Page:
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|Title:||Private devotional literature in the 16th century: The digitisation of Danish prayer books in The Arnamagn�an Collection (Copenhagen) and in The Library of Karen Brahe (Odense)|
|Authors:||Hansen, Anne Mette|
|Publisher:||Research Institute for Humanities and Social Sciences (RIHSS), the University of Sydney.|
|Citation:||Computing Arts 2001 : digital resources for research in the humanities : 26th-28th September 2001, Veterinary Science Conference Centre, the University of Sydney / hosted by the Scholarly Text and Imaging Service (SETIS), the University of Sydney Library, and the Research Institute for Humanities and Social Sciences (RIHSS), the University of Sydney|
|Abstract:||This is the working title of a PhD project funded by the Danish Research Council for the Humanities. The project concerns the digitisation of Danish literature and scholarly editing and aims to lay the methodological and practical groundwork for electronic scholarly texts and editions of Danish literature from before 1900. The texts chosen are a representation of private prayer books from the period of the Reformation in Denmark. Most of the Danish medieval prayer books have appeared in traditional critical book editions, which means that parts of the primary texts have to be pulled out of an apparatus. The post-medieval prayer books which were often written by women who were not professional scribes have never been edited, and until now have only been accessible to a very small scholarly community. But they deserve better. The textual history of the books needs to be told. How were they used and by whom? Viewed as whole books and not only as textual but also as historical witnesses, the prayer books can throw the light on the private religious practice of 16th-century women. The texts are encoded according to the SGML/XML-standard on the basis of the guidelines and the mechanisms for the encoding of primary textual sources developed by the TEI (Text Encoding Initiative), the MASTER project (Manuscript Access through Standards for Electronic Records) and the research project on Danish ballads from 1550-1700 (Dansk Folkevisekultur 1550-1700) based at the University of Copenhagen. The idea is to give a modern audience, both scholarly and popular, access to the prayer books in various forms: a manuscript (diplomatic) version, a normalized version and an image version representing the iconography of the prayer books and showing how the texts actually appear on the manuscript pages. Thus a mult level text representation will be adopted. The source level contains the original word forms. Abbreviations, scribal omissions, corrections and textual lacunae are tagged. This graphic mark-up of the source level is preservative to the physical information of the texts. The orthographically regularised level contains the regularised forms corresponding to the source words. A regularised representation is necessary in order to search for different instances of a word in the texts, since the orthographic variation in the manuscripts is great. The rather conservative orthography of modern Danish is used as the basis for this regularisation. The last level contains the lemmas of the source words supplied by the relevant word class and in cases of homographs a distinguishing discriminator. From this level it is possible to generate a dictionary. In addition to this multi-level text markup, metadata about the texts will be recorded. The textual hierarchical structure of the prayer books is encoded, and each individual prayer is provided with text-specific markup, typological in order to record the different genres of prayers, and structural in order to show the composition of the prayer. The opening or closing rubrics, a possible genre of their own, are treated in the structural markup. Finally a limited part of each payer book contains the markup on a stylistic level consisting of a topological (syntactic), figurative and, in the cases of prayers in verse, a metrical markup. Codicological and bibliographical descriptions of the manuscripts in accordance to a formal standard (MASTER) are included. The possibilities of new philological and interactive electronic editions are exciting, and give the users an opportunity to explore the text and the images and act as editors themselves establishing their own text.|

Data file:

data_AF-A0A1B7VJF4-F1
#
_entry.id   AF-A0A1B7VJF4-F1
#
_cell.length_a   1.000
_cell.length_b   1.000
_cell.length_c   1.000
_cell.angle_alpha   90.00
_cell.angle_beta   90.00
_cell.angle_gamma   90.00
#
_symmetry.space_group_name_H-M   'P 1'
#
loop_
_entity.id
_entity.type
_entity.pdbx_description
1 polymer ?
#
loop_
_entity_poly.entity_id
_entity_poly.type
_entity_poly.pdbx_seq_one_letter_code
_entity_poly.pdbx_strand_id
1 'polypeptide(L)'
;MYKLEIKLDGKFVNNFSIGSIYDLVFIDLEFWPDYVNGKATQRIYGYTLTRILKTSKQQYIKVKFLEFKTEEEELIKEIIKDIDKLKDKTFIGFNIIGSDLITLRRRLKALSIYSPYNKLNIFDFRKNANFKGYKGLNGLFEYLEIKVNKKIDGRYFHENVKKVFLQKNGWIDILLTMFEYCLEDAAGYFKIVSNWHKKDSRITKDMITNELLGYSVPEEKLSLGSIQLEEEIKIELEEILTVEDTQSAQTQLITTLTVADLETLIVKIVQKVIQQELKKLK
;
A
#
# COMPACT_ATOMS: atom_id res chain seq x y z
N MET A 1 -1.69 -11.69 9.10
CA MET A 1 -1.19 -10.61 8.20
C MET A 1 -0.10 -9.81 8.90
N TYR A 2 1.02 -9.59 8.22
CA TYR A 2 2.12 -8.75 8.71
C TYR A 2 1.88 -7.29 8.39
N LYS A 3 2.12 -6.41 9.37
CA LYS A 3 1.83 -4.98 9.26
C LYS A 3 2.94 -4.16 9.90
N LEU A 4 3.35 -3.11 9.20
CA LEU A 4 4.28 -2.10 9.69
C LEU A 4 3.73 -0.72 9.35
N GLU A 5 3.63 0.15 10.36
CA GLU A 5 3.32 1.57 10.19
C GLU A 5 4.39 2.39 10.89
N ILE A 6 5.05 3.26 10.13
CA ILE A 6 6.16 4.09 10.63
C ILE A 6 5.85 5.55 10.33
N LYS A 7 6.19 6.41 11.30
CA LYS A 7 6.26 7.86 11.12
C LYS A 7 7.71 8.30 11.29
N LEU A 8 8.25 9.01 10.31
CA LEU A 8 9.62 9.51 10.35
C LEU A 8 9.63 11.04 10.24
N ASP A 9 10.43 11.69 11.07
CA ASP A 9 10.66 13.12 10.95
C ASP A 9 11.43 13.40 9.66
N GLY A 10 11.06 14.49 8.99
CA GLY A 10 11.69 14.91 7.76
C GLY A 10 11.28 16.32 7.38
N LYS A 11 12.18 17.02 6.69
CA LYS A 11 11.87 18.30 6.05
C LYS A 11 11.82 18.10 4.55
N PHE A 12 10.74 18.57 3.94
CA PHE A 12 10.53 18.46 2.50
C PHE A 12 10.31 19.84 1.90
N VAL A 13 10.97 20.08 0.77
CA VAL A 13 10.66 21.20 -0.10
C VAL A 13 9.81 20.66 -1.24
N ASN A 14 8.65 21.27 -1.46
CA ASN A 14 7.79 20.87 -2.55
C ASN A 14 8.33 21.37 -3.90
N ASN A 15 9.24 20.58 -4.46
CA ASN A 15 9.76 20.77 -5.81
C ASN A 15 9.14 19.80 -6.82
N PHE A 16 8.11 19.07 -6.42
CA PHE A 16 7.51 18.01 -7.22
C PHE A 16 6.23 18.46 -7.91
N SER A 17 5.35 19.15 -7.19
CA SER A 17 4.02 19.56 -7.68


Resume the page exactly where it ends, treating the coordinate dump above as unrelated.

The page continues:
|Rights and Permissions:||Copyright the University of Sydney|
|Type of Work:||Conference paper|
|Appears in Collections:||Computing Arts 2001: Digital Resources for Research in the Humanities|
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